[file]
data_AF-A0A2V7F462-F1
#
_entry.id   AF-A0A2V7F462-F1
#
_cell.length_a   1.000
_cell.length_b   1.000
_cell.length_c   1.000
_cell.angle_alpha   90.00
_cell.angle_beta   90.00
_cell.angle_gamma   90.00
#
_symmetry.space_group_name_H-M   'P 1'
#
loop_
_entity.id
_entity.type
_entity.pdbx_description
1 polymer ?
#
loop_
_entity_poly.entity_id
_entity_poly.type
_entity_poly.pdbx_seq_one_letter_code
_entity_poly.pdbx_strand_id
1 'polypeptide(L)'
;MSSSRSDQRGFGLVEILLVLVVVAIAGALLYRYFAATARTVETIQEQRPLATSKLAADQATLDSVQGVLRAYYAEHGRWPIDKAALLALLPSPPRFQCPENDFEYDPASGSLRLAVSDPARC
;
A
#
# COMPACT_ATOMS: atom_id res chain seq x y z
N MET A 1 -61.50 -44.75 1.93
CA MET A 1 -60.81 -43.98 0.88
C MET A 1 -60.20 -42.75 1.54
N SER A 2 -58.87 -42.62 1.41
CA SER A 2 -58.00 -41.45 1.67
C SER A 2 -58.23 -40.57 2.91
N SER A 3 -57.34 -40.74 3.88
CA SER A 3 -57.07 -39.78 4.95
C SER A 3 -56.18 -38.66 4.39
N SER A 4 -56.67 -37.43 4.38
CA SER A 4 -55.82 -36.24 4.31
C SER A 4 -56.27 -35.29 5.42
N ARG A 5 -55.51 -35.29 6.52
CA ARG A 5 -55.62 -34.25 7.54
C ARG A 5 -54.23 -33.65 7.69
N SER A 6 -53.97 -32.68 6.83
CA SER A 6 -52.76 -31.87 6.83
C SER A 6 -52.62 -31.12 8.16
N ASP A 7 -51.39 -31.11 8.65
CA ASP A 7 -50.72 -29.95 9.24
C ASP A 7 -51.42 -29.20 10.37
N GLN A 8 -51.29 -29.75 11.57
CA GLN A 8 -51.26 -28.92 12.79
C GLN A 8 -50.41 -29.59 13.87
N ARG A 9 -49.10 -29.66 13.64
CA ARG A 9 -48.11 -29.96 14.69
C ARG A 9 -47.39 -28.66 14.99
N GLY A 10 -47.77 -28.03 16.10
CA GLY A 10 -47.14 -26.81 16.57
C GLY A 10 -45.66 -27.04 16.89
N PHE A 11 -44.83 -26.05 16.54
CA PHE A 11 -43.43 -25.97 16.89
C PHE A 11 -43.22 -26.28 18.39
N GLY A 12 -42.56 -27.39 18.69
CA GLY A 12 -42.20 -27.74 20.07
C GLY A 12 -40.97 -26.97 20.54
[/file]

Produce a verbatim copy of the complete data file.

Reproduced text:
data_AF-A0A2V7F462-F1
#
_entry.id   AF-A0A2V7F462-F1
#
_cell.length_a   1.000
_cell.length_b   1.000
_cell.length_c   1.000
_cell.angle_alpha   90.00
_cell.angle_beta   90.00
_cell.angle_gamma   90.00
#
_symmetry.space_group_name_H-M   'P 1'
#
loop_
_entity.id
_entity.type
_entity.pdbx_description
1 polymer ?
#
loop_
_entity_poly.entity_id
_entity_poly.type
_entity_poly.pdbx_seq_one_letter_code
_entity_poly.pdbx_strand_id
1 'polypeptide(L)'
;MSSSRSDQRGFGLVEILLVLVVVAIAGALLYRYFAATARTVETIQEQRPLATSKLAADQATLDSVQGVLRAYYAEHGRWPIDKAALLALLPSPPRFQCPENDFEYDPASGSLRLAVSDPARC
;
A
#
# COMPACT_ATOMS: atom_id res chain seq x y z
N MET A 1 -61.50 -44.75 1.93
CA MET A 1 -60.81 -43.98 0.88
C MET A 1 -60.20 -42.75 1.54
N SER A 2 -58.87 -42.62 1.41
CA SER A 2 -58.00 -41.45 1.67
C SER A 2 -58.23 -40.57 2.91
N SER A 3 -57.34 -40.74 3.88
CA SER A 3 -57.07 -39.78 4.95
C SER A 3 -56.18 -38.66 4.39
N SER A 4 -56.67 -37.43 4.38
CA SER A 4 -55.82 -36.24 4.31
C SER A 4 -56.27 -35.29 5.42
N ARG A 5 -55.51 -35.29 6.52
CA ARG A 5 -55.62 -34.25 7.54
C ARG A 5 -54.23 -33.65 7.69
N SER A 6 -53.97 -32.68 6.83
CA SER A 6 -52.76 -31.87 6.83
C SER A 6 -52.62 -31.12 8.16
N ASP A 7 -51.39 -31.11 8.65
CA ASP A 7 -50.72 -29.95 9.24
C ASP A 7 -51.42 -29.20 10.37
N GLN A 8 -51.29 -29.75 11.57
CA GLN A 8 -51.26 -28.92 12.79
C GLN A 8 -50.41 -29.59 13.87
N ARG A 9 -49.10 -29.66 13.64
CA ARG A 9 -48.11 -29.96 14.69
C ARG A 9 -47.39 -28.66 14.99
N GLY A 10 -47.77 -28.03 16.10
CA GLY A 10 -47.14 -26.81 16.57
C GLY A 10 -45.66 -27.04 16.89
N PHE A 11 -44.83 -26.05 16.54
CA PHE A 11 -43.43 -25.97 16.89
C PHE A 11 -43.22 -26.28 18.39
N GLY A 12 -42.56 -27.39 18.69
CA GLY A 12 -42.20 -27.74 20.07
C GLY A 12 -40.97 -26.97 20.54